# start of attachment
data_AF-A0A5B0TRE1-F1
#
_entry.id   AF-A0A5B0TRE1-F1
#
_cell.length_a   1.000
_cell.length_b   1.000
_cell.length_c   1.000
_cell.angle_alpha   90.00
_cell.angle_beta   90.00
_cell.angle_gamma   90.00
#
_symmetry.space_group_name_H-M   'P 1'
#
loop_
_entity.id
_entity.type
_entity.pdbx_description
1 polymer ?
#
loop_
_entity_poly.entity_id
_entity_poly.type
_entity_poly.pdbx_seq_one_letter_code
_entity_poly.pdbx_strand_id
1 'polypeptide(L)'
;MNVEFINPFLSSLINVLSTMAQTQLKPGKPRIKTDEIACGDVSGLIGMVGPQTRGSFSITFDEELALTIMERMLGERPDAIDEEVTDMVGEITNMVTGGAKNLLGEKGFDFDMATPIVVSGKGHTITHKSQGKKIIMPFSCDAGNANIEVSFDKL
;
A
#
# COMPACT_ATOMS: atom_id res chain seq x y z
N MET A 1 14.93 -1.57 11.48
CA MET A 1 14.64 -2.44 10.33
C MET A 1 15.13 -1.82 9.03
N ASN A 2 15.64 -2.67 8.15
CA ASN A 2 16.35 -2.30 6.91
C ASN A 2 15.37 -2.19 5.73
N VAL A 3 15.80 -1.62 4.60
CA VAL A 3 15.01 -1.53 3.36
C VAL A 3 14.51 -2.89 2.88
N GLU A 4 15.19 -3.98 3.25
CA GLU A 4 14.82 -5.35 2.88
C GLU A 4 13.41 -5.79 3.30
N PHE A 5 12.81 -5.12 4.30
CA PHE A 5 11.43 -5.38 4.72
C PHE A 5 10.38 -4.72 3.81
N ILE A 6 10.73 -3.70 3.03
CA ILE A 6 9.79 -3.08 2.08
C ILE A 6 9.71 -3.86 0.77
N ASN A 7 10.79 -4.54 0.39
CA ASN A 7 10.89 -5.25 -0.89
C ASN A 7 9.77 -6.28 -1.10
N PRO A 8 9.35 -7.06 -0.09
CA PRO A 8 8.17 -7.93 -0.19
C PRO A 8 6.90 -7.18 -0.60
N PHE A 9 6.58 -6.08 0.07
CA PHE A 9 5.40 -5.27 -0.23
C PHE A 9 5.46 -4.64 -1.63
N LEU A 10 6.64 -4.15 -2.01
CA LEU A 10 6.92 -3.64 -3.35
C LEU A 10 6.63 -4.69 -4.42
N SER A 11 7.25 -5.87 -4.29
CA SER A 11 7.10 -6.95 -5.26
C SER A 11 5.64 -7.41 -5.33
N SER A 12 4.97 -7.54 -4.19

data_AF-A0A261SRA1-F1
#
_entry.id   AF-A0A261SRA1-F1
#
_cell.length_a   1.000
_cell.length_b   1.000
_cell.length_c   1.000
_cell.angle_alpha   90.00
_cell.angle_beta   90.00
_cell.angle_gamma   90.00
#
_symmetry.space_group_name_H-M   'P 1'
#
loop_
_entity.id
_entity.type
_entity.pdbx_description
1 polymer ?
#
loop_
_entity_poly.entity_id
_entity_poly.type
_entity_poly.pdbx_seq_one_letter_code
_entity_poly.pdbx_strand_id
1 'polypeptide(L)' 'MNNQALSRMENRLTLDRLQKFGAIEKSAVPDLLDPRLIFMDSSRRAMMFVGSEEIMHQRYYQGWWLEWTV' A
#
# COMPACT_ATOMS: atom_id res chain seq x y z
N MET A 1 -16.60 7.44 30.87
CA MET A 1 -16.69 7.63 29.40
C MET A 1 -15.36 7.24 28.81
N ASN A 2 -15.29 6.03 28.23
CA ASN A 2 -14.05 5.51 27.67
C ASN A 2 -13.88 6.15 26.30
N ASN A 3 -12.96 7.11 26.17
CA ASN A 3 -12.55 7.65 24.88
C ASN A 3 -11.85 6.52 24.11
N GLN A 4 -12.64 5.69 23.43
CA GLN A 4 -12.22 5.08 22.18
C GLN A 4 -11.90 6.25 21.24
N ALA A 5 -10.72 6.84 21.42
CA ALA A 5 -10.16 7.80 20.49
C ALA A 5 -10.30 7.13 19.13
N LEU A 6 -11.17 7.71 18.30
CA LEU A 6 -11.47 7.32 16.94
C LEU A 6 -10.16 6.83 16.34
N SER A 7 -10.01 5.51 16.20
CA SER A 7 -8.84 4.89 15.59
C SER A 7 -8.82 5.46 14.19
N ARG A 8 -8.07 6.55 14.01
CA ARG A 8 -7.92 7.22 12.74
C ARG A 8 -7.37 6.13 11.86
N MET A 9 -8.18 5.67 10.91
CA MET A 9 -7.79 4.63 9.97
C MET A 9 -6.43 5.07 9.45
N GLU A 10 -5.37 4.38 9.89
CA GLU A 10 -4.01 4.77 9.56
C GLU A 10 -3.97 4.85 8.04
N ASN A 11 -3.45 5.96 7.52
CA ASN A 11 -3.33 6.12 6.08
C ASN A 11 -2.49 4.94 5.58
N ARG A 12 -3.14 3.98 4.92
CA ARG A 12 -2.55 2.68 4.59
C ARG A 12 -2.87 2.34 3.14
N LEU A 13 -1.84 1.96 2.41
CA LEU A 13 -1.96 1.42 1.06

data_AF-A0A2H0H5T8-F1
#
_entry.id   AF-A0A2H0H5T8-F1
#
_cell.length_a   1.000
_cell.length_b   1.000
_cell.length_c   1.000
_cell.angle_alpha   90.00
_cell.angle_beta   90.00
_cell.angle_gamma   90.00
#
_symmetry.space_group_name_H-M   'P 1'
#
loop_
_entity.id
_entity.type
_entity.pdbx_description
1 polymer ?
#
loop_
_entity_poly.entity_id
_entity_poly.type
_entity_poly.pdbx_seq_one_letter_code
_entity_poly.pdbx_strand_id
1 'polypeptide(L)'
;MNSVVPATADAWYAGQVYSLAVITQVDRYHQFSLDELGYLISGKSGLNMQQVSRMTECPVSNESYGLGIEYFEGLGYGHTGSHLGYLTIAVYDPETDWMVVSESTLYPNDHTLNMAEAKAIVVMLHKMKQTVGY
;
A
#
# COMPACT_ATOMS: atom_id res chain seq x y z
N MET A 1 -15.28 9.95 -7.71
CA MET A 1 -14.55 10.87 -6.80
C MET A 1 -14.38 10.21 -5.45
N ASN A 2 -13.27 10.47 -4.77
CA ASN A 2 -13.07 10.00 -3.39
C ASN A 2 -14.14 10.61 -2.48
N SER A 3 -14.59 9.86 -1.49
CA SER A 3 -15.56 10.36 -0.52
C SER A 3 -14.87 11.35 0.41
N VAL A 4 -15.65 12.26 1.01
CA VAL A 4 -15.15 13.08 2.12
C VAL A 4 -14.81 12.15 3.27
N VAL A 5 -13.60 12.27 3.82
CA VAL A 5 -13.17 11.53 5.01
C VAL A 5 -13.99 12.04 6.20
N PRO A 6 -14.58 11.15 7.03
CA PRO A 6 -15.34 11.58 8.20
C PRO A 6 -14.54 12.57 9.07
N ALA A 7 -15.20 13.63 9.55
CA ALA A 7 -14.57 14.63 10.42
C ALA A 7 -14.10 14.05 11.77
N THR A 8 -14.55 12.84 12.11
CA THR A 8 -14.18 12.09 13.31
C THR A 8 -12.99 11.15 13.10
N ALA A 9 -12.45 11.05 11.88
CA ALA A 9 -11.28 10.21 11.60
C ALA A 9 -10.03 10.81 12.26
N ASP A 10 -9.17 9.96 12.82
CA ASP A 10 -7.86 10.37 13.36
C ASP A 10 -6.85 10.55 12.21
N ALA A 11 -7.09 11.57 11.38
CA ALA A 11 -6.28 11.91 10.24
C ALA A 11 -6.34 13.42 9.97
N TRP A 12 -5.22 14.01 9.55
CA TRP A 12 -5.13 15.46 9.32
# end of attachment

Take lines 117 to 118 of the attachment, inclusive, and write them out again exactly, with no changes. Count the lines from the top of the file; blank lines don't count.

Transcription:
CA MET A 9 -7.79 4.63 9.97
C MET A 9 -6.43 5.07 9.45